Results 101–120 of 300 for stamp duty

Orders of the Day — Finance Bill.: New Clause. — (Delivery of Increment Value Duty particulars.) (28 Jun 1922)

Mr Edmund Royds: ...a sale or with a matter of £500,000 or £50, the tax is all the same. We have just passed a Law of Property Bill to facilitate and to cheapen the transfer of land. I pointed out at the time that Stamp Duty was one of the great costs in the transfer of land, and here is another Government tax. It is a tax on every person, great or small, dealing with land, whether of the value of £50 or a...

Orders of the Day — Class Ii.: Home Office. (29 Jun 1922)

Mrs Margaret Wintringham: ...to be done properly. The Home Secretary, on the 10th May, said that the money taken from the Police Fund is devoted, strictly speaking, to the protection of property, life and limb. I hold that the duty of protecting the lives of women in the various ways that I have mentioned are indeed police work. The Home Secretary must admit that his suggestion that the Archbishop of Canterbury, the...

Supply. (29 Jun 1922)

Mr John Baird: ...who are most successful as probation officers are not to be found easily. You cannot get them by advertising in the public Press, or in commonplace ways of that sort. In order to carry out the duties with which they are entrusted, they must be men and women who feel a special vocation for that particular kind of work, and it was made quite clear from the inquiry held by the Departmental...

Orders of the Day — SOLICITORS BILL [Lords.] (7 Jul 1922)

.... The profession should not be limited to those who come from the more wealthy homes. This career, like every other career, should be open as far as possible to talent. There is at present, in the Stamp Duty, a certain restriction, and I have no doubt the hon. Member who has just intervened will himself recognise that there are cases where that Stamp Duty is an absolute bar. Some who might...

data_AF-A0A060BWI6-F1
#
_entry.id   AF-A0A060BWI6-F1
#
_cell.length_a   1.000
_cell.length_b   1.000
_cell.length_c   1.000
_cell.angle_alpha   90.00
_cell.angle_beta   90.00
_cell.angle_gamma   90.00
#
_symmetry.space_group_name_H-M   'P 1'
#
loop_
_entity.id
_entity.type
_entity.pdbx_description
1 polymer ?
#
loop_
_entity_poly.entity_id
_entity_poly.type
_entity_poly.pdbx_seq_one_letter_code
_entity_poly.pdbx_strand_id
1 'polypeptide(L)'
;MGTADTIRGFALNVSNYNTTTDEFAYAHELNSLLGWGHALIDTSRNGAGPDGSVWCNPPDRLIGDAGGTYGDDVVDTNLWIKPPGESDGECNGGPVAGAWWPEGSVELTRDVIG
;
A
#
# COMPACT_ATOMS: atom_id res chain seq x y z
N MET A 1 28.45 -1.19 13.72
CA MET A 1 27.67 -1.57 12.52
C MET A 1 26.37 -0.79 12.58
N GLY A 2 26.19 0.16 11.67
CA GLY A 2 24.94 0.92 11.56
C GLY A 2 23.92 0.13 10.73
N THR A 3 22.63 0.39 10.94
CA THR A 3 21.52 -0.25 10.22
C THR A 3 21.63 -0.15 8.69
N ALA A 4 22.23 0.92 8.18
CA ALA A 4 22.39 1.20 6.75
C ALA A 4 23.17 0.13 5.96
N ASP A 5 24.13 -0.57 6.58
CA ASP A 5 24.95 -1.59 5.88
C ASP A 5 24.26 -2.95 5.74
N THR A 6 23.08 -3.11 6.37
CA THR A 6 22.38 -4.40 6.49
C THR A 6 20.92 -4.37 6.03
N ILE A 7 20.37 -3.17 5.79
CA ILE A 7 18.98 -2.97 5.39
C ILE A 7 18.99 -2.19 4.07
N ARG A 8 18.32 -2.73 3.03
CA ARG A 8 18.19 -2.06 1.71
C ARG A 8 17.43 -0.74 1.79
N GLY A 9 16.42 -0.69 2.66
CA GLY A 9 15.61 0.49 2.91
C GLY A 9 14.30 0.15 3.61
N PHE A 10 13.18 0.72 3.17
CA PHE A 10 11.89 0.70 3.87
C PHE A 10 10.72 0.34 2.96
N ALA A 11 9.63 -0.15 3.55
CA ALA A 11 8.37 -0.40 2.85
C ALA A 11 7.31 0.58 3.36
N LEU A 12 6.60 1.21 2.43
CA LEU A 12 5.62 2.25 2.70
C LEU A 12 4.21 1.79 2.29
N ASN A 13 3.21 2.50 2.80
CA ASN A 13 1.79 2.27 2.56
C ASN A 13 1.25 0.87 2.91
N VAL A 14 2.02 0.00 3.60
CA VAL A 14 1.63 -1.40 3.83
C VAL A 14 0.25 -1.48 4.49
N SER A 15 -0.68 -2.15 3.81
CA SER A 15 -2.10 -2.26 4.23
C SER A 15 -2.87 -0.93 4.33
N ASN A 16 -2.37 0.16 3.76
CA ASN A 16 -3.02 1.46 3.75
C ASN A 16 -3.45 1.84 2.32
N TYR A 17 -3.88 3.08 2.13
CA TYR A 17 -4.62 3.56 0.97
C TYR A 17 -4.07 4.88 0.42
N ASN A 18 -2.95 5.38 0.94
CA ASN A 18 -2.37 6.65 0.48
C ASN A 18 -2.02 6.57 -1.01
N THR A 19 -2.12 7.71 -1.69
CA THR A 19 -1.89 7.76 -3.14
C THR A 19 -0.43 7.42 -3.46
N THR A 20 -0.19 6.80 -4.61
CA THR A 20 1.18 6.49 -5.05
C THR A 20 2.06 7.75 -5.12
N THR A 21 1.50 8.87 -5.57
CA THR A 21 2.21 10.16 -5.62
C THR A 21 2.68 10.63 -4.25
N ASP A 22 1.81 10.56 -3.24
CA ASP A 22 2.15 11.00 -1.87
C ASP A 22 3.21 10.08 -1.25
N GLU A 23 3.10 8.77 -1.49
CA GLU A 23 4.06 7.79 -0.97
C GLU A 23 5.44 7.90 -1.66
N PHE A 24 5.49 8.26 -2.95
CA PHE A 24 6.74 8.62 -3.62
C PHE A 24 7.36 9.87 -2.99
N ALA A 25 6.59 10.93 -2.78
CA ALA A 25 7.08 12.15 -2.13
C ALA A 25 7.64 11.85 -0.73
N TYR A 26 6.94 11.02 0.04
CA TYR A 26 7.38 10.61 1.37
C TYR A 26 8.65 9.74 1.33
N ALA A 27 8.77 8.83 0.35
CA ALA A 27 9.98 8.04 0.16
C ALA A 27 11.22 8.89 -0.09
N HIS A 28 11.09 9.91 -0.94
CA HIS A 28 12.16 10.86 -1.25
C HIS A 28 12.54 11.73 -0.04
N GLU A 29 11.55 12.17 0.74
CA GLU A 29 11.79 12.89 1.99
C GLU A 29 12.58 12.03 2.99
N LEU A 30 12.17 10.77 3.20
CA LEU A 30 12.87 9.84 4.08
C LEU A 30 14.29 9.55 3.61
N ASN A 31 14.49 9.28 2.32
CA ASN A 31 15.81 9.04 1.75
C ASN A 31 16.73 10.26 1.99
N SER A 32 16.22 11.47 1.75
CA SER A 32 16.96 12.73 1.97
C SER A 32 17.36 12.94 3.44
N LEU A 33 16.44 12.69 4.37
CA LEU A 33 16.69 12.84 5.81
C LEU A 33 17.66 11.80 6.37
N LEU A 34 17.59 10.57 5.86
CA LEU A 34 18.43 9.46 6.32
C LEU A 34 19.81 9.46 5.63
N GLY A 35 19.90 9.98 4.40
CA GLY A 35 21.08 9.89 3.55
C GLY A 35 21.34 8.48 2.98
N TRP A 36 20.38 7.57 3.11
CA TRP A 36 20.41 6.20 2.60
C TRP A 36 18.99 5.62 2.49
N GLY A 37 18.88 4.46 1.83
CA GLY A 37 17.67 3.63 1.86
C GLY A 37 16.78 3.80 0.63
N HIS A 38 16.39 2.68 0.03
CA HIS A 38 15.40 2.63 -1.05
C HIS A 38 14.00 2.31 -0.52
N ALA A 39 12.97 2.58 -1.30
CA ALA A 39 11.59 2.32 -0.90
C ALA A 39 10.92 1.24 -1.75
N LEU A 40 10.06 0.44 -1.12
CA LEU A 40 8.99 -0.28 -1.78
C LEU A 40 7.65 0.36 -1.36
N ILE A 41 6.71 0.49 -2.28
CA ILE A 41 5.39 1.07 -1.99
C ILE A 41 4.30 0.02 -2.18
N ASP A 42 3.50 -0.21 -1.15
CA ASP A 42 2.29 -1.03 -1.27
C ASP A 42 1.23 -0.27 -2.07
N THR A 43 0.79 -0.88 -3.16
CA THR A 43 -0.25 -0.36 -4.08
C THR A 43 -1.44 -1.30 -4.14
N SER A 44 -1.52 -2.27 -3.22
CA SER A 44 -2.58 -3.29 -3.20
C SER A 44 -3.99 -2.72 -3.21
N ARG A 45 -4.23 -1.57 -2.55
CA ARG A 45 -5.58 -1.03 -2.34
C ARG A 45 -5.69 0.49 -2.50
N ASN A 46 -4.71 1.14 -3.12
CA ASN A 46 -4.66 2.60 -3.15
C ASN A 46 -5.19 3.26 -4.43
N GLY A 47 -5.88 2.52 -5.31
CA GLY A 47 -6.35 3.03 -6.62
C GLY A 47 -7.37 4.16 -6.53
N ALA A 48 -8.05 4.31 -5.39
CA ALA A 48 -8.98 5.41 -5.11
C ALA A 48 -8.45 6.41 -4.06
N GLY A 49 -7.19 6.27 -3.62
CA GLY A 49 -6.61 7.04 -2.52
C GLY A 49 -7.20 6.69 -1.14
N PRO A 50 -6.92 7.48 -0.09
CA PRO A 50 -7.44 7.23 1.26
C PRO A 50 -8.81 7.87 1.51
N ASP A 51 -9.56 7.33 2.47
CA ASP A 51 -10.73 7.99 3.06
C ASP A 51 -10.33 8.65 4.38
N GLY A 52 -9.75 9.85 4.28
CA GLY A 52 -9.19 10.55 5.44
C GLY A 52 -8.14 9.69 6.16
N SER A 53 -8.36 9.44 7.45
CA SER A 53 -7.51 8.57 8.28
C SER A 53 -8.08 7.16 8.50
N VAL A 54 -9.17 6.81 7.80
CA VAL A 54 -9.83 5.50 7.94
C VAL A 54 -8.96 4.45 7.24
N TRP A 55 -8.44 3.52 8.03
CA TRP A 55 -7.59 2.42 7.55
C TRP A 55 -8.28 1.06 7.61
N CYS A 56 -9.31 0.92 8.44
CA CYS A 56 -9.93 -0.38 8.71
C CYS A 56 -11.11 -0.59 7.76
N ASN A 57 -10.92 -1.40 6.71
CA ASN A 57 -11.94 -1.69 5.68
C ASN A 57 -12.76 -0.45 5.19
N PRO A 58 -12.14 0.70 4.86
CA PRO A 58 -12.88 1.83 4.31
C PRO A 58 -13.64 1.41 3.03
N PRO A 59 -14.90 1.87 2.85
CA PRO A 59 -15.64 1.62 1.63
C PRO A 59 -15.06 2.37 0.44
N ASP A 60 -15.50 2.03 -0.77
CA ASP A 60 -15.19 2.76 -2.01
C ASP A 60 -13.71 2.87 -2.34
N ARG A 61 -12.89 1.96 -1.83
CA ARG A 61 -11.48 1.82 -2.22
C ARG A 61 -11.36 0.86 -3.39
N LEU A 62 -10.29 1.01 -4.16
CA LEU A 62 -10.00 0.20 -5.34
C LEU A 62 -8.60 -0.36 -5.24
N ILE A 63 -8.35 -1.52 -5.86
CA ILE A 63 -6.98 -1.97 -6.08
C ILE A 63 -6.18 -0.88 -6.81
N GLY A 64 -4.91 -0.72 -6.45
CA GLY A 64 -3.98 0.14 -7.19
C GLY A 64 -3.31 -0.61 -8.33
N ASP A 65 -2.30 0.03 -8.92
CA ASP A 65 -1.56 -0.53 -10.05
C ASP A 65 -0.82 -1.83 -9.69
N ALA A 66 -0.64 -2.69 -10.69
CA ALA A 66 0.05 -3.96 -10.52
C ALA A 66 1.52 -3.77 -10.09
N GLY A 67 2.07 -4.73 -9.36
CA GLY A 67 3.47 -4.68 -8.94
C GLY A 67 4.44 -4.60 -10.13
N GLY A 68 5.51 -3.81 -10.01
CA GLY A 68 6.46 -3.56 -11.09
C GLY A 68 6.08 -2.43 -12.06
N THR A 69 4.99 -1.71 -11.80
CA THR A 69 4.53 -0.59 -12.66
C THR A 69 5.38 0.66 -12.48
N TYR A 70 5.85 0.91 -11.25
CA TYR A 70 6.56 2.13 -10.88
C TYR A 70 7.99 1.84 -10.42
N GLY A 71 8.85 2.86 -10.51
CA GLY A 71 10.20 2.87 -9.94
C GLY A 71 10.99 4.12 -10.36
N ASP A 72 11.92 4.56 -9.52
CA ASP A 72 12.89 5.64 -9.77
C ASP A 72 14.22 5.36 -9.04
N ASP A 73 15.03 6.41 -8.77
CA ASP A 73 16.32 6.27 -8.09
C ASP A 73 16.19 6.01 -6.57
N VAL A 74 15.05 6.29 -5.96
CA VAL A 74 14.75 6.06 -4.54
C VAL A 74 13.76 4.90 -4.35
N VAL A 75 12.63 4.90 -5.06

Finance Bill: New Clause. — (Reduction of amount of composition for Stamp Duties in certain cases.) (12 Jul 1922)

New Clause. — (Reduction of amount of composition for Stamp Duties in certain cases.)

Oral Answers to Questions — Ireland.: Receipt Stamps. (13 Jul 1922)

Mr Frederick Kellaway: I am not aware that there is any general misapprehension on this point. The l½d. stamp, like all other postage stamps up to 1s., is inscribed "Postage" "Revenue" and is available in conjunction with a halfpenny stamp for payment of receipt duty. This arrangement is designed to meet the public convenience, which would not be promoted by the restriction which the hon. Member suggests.

Orders of the Day — Newspapers (Government Information). (27 Nov 1922)

Commander Hon. Joseph Kenworthy: ...case that, after the present Government came into power, so I am informed, Downing Street was closed to Press representatives. The gentlemen who went in the ordinary course of their professional duties to ask for information at Downing Street, as they were legitimately entitled and were accustomed to do, were told that those days were over, and that no Pressman was to cross the sacred...

Irish Free State (Consequential Provisions) Bill.: Clause 5. — (Provisions as in relief from double taxation.) (28 Nov 1922)

Sir John Butcher: ..., but I should be glad to receive an assurance. The importance of this matter is that that relief is granted automatically, whether the Dominion in question acts reciprocally or not. There are some duties in the ease of which no relief is granted unless there is reciprocity between this country and the Dominions concerned, but I believe I am right in saying that relief from double Income...

Orders of the Day — Consolidated Fund (Appropriation) Bill.: Mining Industry (Conditions and Wages). (13 Dec 1922)

Mr John Potts: ...the attention of the House, because this is very important indeed—the profit was £13,000,000, or Is. per ton, which, at that time, taken on the average estimated capital of the industry by Dr. Stamp, at the Royal Commission's inquiry, and based on a statement of the capitalisation of the mining industry at that date, works out at 10 per cent. In 1914 the coalowners' profits were...

Orders of the Day — Unemployment Insurance Bill. (5 Mar 1923)